US stocks have ended higher and registered gains for the week as optimism over more federal fiscal aid grows.
Talks were expected to continue on a COVID-19 stimulus package, even though US House Speaker Nancy Pelosi and Treasury Secretary Steven Mnuchin failed on Friday to reach agreement.
Mnuchin floated a new proposal on Friday afternoon but an aide for Pelosi said it lacked a broad plan to contain the pandemic.
Recent trading on Wall Street has been dictated by headlines on fiscal aid, with the three main indexes tumbling on Tuesday after US President Donald Trump called off negotiations.
He has since indicated he was willing to resume discussions.
“The market’s reacting well to Trump’s sudden turnaround in terms of a support package and this new package that he proposed that’s much larger than previously,” said Tim Ghriskey, chief investment strategist at Inverness Counsel in New York, New York.
“It probably shows some desperation on his part. A lot of this has been politics, but a lot of people believe the economy really needs some economic support here, so that’s a good thing.”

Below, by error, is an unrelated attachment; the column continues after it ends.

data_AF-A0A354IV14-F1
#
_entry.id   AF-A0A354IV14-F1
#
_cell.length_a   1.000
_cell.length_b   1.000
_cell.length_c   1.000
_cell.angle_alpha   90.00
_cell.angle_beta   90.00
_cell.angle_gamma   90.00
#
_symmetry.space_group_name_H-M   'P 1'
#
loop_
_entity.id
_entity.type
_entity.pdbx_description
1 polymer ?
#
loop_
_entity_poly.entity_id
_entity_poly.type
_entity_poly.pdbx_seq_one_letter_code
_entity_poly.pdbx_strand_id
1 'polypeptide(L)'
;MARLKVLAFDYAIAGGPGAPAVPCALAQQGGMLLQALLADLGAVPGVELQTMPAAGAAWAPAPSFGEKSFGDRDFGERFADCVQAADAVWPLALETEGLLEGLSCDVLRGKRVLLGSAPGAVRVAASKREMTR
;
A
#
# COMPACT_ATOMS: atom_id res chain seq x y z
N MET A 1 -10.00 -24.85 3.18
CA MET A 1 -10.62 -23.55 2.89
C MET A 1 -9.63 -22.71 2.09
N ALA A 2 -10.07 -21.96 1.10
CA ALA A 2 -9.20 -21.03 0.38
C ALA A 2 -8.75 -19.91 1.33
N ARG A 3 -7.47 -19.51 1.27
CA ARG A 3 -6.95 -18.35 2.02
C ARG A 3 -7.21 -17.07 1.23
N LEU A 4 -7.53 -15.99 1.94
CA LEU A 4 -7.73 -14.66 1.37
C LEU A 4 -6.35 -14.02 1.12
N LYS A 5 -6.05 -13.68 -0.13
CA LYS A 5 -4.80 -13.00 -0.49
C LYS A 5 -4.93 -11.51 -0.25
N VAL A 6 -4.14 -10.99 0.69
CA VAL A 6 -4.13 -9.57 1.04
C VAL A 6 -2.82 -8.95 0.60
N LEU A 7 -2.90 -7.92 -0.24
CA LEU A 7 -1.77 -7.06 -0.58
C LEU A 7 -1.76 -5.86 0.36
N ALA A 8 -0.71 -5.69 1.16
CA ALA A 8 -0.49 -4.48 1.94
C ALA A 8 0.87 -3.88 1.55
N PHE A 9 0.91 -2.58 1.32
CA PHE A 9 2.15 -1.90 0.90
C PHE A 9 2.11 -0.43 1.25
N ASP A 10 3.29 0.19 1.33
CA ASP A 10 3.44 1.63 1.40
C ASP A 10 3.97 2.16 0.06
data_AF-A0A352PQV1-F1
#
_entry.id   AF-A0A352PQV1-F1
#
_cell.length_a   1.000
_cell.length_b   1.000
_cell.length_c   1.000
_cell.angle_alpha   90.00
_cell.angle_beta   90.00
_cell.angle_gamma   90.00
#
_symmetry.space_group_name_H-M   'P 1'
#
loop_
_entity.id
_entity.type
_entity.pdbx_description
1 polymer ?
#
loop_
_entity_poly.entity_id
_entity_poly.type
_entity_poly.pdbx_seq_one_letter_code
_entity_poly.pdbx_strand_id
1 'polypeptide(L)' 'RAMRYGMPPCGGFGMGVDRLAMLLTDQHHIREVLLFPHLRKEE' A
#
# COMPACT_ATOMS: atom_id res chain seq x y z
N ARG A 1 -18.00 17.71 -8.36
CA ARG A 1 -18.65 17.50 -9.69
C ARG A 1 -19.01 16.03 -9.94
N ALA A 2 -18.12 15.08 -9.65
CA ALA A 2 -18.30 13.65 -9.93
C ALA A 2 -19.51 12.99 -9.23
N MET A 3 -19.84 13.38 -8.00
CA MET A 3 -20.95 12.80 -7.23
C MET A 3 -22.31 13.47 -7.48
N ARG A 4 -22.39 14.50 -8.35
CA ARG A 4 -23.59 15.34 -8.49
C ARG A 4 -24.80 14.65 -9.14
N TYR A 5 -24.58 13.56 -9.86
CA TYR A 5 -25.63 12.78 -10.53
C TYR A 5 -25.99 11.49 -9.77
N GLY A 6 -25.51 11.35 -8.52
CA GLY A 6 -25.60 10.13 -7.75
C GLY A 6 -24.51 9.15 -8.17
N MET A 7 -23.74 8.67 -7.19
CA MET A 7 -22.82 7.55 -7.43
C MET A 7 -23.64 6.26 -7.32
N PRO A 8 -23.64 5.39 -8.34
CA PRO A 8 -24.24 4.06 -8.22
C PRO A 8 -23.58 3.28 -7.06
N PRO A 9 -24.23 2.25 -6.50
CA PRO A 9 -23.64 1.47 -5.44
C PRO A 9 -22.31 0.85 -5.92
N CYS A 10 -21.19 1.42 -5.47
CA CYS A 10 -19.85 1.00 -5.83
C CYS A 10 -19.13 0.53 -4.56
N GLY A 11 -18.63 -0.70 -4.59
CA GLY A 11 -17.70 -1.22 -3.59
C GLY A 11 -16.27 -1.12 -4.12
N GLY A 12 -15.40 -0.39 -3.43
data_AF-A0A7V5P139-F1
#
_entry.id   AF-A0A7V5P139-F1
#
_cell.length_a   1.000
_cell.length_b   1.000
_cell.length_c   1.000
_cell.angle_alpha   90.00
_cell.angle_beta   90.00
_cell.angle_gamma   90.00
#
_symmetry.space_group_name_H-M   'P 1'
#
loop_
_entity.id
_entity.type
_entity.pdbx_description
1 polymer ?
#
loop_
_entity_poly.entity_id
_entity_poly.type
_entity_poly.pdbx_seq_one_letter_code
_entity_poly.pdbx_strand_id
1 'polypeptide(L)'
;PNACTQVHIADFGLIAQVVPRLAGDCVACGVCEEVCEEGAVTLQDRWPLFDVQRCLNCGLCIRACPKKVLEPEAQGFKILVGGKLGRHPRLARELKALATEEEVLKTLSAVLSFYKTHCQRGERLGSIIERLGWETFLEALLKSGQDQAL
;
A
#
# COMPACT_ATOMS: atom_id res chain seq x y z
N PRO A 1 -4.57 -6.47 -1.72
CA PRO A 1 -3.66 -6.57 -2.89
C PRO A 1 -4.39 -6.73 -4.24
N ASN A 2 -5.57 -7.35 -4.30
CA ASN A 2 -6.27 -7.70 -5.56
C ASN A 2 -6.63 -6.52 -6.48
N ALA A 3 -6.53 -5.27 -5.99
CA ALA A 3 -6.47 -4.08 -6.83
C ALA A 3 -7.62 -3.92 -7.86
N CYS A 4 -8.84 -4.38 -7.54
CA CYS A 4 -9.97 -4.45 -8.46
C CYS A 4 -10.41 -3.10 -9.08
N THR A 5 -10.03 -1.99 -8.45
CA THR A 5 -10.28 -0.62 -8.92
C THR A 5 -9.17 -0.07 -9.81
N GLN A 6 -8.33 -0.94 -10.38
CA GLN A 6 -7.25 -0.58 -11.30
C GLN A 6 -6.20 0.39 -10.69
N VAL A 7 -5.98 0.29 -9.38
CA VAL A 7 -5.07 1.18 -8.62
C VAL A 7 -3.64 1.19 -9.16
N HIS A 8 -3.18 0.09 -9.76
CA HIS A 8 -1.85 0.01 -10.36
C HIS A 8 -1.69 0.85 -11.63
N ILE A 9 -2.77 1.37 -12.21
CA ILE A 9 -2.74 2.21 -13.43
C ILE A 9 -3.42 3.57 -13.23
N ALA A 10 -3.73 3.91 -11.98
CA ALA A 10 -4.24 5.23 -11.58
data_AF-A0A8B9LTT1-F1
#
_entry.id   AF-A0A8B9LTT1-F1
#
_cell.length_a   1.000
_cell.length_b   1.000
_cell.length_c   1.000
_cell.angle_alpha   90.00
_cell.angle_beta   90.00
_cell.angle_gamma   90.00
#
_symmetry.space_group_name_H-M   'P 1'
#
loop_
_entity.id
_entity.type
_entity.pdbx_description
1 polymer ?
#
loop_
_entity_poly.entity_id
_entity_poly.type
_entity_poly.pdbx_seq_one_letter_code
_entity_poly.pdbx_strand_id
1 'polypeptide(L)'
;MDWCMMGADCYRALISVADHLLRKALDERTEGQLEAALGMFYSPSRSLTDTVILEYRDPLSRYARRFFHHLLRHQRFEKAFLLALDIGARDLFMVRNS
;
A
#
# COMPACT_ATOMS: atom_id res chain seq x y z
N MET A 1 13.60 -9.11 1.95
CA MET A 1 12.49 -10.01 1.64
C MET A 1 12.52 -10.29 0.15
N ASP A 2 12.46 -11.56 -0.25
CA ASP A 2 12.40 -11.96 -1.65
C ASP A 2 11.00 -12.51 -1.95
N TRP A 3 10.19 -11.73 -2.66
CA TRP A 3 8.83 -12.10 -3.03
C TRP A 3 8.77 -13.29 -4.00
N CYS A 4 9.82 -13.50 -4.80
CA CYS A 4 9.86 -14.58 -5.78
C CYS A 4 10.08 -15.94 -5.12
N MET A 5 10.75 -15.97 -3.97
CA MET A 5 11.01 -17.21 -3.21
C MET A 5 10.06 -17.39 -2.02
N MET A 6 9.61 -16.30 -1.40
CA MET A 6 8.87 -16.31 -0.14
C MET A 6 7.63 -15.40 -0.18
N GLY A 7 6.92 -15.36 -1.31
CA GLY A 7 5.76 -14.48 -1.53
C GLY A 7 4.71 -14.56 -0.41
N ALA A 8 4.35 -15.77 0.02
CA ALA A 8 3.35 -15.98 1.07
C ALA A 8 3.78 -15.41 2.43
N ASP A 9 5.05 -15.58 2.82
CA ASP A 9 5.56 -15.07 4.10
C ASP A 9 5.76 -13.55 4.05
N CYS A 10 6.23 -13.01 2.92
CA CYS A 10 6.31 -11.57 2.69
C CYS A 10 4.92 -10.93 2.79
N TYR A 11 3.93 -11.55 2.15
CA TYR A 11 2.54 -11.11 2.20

Technology shares rose and the sector gave the S&P 500 its biggest boost.
The Dow Jones Industrial Average rose 161.59 points, or 0.57 per cent, to 28,587.1, the S&P 500 gained 30.29 points, or 0.88 per cent, to 3,477.12 and the Nasdaq Composite added 158.96 points, or 1.39 per cent, to 11,579.94.
Energy stocks fell following recent gains.
Strategists say investors have also begun to digest the possibility of Democratic candidate Joe Biden winning the November 3 presidential election after a fractious debate last month led to a jump in his lead over Trump in several polls.
Xilinx Inc surged after a report said Advanced Micro Devices Inc was in talks to buy the chipmaker in a deal valued at more than $US30 billion ($A42 billion).
General Electric Co jumped as a report said Goldman Sachs reinstated coverage on the US industrial conglomerate with a “buy” rating, saying the company will emerge stronger from the COVID-19 pandemic.